Today, besides making music, both Nagy brothers still have “day jobs,” but would like to see their music career grow to the point where they can concentrate on it as their main thing in life.

The duo could best describe their music as “melodic rock from our hearts about the world we live in and the faith we overcome it by.”

Discover more about LOOKINGDOOR at their website here.

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EARL: Existence After Real Love

Remember that TV show named My Name Is Earl? You don’t meet too many people with that name these days. That said, there’s a new music maker on the scene calling himself EARL, which stands for Existence After Real Love. For the record, he is actually Christopher Earl Mathewson, but it’s just easier to call him that one simple four letter name, right?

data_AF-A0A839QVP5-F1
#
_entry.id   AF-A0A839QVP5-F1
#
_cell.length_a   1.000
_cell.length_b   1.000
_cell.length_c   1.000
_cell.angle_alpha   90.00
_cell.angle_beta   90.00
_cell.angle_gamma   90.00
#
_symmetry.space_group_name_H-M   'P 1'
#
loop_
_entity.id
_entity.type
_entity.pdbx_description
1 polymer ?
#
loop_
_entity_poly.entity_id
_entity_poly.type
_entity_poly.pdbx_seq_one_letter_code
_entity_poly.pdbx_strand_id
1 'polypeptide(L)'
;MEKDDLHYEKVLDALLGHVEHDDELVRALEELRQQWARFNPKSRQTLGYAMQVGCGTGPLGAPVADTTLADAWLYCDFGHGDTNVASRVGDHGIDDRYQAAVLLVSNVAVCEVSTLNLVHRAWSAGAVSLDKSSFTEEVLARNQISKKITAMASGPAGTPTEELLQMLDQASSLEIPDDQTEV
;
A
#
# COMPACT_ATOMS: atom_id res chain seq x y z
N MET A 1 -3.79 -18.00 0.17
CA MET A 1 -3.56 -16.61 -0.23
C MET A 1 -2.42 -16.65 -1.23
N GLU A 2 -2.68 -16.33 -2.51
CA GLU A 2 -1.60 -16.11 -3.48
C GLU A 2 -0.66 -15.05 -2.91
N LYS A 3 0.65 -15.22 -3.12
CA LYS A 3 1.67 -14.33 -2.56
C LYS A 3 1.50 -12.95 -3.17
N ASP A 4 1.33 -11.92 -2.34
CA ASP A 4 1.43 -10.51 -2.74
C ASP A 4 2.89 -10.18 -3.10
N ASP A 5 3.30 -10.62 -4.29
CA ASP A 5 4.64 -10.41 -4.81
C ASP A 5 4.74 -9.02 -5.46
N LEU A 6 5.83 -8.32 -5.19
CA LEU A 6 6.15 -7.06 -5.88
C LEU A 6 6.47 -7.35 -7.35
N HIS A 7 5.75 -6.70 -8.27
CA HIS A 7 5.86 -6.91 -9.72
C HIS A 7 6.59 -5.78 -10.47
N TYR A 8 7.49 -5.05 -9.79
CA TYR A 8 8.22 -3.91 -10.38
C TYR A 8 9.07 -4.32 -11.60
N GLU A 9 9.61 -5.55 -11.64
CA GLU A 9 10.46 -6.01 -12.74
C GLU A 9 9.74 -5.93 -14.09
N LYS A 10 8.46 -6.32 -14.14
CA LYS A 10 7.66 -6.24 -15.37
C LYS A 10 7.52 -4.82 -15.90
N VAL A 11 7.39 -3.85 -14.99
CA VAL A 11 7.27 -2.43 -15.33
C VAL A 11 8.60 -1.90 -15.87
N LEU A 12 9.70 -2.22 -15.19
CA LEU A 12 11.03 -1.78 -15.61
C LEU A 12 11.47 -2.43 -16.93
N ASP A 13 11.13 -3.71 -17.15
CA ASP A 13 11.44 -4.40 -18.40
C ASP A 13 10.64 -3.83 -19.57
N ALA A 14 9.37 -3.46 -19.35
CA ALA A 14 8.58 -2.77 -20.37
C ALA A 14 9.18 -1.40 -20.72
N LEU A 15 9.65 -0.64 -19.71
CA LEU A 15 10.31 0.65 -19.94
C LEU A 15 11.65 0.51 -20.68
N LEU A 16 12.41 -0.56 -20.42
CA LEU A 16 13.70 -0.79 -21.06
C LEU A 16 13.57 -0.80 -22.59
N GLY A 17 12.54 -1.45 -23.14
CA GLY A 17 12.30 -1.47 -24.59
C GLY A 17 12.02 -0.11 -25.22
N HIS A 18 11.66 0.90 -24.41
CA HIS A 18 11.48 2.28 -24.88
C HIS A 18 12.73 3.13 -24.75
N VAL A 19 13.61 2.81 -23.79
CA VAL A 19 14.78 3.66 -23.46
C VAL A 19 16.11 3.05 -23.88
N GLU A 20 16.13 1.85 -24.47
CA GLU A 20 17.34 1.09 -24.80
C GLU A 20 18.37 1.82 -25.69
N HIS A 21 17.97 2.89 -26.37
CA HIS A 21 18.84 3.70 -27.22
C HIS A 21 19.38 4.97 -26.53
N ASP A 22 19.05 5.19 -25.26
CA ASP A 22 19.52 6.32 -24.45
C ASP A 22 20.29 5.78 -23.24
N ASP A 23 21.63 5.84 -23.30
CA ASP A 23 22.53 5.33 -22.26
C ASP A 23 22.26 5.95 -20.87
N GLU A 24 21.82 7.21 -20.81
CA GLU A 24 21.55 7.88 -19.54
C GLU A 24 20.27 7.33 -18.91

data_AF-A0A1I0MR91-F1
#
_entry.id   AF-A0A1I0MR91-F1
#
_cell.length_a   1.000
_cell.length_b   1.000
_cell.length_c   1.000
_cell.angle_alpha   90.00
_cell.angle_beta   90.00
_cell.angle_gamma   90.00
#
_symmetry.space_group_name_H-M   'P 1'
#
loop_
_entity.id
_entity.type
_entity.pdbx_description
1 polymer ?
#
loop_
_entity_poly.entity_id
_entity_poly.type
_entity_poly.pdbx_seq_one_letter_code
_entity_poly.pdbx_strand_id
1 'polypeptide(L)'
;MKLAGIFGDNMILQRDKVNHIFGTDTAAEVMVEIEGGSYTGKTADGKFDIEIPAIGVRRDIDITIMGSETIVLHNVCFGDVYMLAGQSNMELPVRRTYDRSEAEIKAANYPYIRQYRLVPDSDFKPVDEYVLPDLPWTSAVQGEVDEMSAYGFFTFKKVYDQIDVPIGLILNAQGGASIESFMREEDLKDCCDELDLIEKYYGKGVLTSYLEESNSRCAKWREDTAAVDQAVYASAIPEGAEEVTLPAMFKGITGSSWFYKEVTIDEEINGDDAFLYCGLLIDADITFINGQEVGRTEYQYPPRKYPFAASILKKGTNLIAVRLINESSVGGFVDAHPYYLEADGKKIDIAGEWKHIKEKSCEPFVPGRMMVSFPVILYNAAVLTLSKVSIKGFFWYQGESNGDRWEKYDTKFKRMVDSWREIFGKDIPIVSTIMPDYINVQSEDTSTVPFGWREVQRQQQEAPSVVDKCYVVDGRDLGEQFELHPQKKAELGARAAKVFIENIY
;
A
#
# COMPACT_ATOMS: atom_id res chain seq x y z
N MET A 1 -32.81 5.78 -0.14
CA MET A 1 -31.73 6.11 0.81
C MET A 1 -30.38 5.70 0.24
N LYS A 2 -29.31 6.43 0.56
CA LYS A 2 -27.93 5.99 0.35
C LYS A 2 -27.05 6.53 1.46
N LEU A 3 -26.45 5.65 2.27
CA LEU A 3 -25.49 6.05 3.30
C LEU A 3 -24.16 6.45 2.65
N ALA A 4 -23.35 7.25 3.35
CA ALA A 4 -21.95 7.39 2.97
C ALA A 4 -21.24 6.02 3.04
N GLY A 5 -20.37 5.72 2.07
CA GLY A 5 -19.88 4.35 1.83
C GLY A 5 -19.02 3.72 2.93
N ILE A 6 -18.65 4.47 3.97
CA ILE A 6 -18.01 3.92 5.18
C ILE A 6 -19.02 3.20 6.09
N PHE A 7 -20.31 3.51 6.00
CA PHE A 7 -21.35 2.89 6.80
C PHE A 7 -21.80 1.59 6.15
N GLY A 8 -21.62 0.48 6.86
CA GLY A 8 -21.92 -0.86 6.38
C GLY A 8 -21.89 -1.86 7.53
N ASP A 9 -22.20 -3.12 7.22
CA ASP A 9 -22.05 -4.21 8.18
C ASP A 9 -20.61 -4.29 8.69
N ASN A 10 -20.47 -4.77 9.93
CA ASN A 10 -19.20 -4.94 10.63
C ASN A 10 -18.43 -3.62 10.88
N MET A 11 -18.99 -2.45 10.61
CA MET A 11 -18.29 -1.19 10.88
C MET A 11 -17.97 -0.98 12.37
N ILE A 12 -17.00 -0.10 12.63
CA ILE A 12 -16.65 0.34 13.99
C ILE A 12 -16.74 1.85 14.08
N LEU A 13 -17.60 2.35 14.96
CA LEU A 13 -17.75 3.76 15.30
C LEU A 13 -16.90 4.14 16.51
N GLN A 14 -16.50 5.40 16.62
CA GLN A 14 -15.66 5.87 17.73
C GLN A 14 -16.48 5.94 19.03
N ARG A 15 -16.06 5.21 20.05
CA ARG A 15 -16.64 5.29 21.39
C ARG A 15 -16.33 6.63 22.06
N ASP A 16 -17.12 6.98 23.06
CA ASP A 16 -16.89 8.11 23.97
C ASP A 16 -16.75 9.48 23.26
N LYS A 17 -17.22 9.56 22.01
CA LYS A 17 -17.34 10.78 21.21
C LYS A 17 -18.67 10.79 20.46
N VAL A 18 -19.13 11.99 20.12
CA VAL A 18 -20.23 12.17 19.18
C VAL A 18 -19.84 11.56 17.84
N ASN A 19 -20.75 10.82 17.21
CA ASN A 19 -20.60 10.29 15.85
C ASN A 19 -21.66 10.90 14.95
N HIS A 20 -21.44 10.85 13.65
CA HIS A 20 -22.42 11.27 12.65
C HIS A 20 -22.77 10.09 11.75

EARL

EARL taught himself how to write, produce, record and mix music. He generally makes dance music with a hip-hop feel to it. Perhaps what makes him unique– these days– is that he doesn’t use profanity in his songs. He doesn’t want to fit the stereotype that to be popular is to curse in music. Instead, he’s going for an edgy sound that still appeals to a mainstream audience while being “clean” for even the little ones’ ears.

EARL loves God. He believes that when people experience God’s real and unconditional love for them they’ll find their purpose for being on this earth. It’s a message he doesn’t mind communicating to an audience because he thinks the world needs to hear that.